Friday, August 14, 2015

Plastics to Aid in Fighting the California Drought

The State of California is suffering through a 5-year drought with no end in sight. Ironically, as much as Californians love to rage against plastics (instituting endless bag bans and regulating countless other chemicals that are added to plastics or used in their production), there are more and more examples of plastics being used to help the state in this time of need.

In just the past few days, the city of Los Angeles placed 96 million black, hollow polyethylene balls in a water reservoir. The balls float on top of the water reducing evaporation, keep away birds and provide other benefits.
The Worlds Largest Ball Pit - Black HDPE Balls in the LA Water Reservoir
That would have been fun to help install. And if the reservoir ever runs dry, then LA will have the worlds largest ball pit.

At the same time two, plastic pipe manufacturers are using the drought to help sell their products. Nationwide, about 16% of all purified water is lost due to leaks and broken pipes with most of the pipes being ductile iron. Large volume plastic pipes were not available when most of these water systems were originally installed but they are available now. PVC pipe is ridiculously easy to join. As many homeowners know, you brush on the primer and adhesive and then push the two pieces together. Voila - a solvent weld that is most likely stronger than the original pipe. Doing this with a 12" OD pipe or larger is a little more difficult due to the weight of the pieces, but the heavy equipment needed to lift them is readily available. HDPE pipes are also available. HDPE cannot be solvent welded however, so more specialized equipment is needed to heat up the end sections to allow them to adhere, but again, this is being done more and more in new installations.

The unfortunate part of this is that California is 5 years into the drought and only now are these steps being taken. Neither step will eliminate the drought, but they will allow existing water supplies to last longer. Had these steps been taken 4 years ago, the Hollywood movies stars might still be able to water their lawns. It's just another reminder of our inability to focus on long-term problems until they reach a crisis state.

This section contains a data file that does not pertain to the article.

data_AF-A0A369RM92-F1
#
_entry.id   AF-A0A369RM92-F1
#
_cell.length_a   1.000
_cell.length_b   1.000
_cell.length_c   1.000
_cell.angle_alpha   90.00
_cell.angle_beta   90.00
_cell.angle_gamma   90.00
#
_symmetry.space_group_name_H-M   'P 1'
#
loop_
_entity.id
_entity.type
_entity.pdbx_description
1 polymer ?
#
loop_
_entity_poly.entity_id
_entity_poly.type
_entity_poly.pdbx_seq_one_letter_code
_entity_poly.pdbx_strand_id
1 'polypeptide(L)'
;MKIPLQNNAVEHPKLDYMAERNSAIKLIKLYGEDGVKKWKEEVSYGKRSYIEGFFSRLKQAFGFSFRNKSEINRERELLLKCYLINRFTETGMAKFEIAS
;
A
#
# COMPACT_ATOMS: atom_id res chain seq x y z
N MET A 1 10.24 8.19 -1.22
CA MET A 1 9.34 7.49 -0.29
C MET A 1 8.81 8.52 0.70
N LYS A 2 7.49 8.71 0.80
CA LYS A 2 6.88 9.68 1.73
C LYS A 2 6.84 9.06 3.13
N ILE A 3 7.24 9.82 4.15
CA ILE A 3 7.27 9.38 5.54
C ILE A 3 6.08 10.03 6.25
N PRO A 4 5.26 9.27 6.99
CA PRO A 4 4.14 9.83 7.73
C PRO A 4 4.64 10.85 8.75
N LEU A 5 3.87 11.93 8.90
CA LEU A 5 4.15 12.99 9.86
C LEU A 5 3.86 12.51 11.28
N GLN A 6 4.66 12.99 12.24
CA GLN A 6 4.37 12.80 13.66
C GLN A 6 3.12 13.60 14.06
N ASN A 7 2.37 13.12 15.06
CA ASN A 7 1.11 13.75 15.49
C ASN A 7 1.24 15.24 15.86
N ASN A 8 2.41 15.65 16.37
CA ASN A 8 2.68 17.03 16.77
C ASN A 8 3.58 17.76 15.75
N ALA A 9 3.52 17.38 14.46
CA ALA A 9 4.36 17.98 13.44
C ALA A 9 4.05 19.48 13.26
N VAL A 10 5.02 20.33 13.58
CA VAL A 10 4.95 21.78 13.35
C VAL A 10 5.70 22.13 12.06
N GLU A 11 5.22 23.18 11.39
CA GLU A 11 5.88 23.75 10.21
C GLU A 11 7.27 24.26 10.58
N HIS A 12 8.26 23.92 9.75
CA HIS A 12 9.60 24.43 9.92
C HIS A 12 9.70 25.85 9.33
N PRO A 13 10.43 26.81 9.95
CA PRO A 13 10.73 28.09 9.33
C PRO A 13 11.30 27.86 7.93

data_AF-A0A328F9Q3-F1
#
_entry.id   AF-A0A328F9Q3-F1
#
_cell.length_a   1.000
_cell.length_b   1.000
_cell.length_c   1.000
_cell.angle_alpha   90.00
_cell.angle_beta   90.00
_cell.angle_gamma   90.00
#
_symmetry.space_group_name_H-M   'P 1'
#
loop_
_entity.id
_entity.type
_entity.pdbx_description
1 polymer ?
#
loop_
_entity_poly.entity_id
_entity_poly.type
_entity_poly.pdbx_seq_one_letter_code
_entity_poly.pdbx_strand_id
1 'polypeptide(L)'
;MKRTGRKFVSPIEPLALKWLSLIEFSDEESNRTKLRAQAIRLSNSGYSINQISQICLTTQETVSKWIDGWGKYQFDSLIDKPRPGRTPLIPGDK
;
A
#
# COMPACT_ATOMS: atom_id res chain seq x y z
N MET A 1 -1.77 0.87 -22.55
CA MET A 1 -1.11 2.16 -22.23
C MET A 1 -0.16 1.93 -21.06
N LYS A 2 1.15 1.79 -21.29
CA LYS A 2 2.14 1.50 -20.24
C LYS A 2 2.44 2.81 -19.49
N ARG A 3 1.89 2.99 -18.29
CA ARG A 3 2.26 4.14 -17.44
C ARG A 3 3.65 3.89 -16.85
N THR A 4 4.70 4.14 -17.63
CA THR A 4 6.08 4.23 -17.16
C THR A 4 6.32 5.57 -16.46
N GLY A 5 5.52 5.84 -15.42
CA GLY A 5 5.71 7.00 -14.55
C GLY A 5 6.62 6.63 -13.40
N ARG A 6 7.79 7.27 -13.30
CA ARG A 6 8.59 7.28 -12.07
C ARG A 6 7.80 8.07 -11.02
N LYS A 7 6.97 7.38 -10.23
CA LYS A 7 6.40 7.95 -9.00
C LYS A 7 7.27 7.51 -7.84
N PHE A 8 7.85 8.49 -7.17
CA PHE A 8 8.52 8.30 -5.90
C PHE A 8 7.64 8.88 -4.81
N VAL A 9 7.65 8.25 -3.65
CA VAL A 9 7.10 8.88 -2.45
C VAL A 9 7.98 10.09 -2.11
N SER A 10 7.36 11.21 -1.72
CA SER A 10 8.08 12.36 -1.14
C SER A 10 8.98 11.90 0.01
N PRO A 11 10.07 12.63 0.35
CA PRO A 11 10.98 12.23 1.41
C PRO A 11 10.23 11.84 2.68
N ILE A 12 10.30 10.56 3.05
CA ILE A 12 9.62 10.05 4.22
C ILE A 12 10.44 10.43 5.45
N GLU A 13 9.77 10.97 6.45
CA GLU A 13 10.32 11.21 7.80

Previous Years

August 14, 2014 - Oh Brave New World!

August 14, 2013 - The Pitch Drop Experiment for the Impatient

August 14, 2012 - Polymerizing Antioxidants


Joe Q. said...

People don't focus on long-term problems because they're expensive to fix, and no-one wants to spend the money. It's the same everywhere.

Anonymous said...

Curious... why would they use black balls instead of white or some other reflective color? Although they reduce evaporation by limiting surface area, they'd also heat the water underneath much like a pool cover. Unlike a pool cover, the water can still escape from between the balls.

John said...

While there are numerous comments elsewhere about the black color, my guess is this is going to be a long-term application, so you want the HDPE to last. Black is the most affordable way to go. White would be cooler, but TiO2 is so much more expensive than carbon black.

Anonymous said...

I think owing to the geometry that the "blanket of balls" tends to recapture a lot of the water vapor, which condenses and flows back into the reservoir - much like glass beads get used in some distillation procedures.

John said...

I agree with your first sentence, but not the second. Putting anything on the top of the water will slow the evaporation, be it black balls, rubber duckies or a solar cover.

The packing in a column such as Raschig rings or anything else, is designed to spread out the liquid so that the gases can contact it over a larger area in an attempt to better approach equilibrium and increase mass transfer. Here, the objective is avoidance of mass transfer.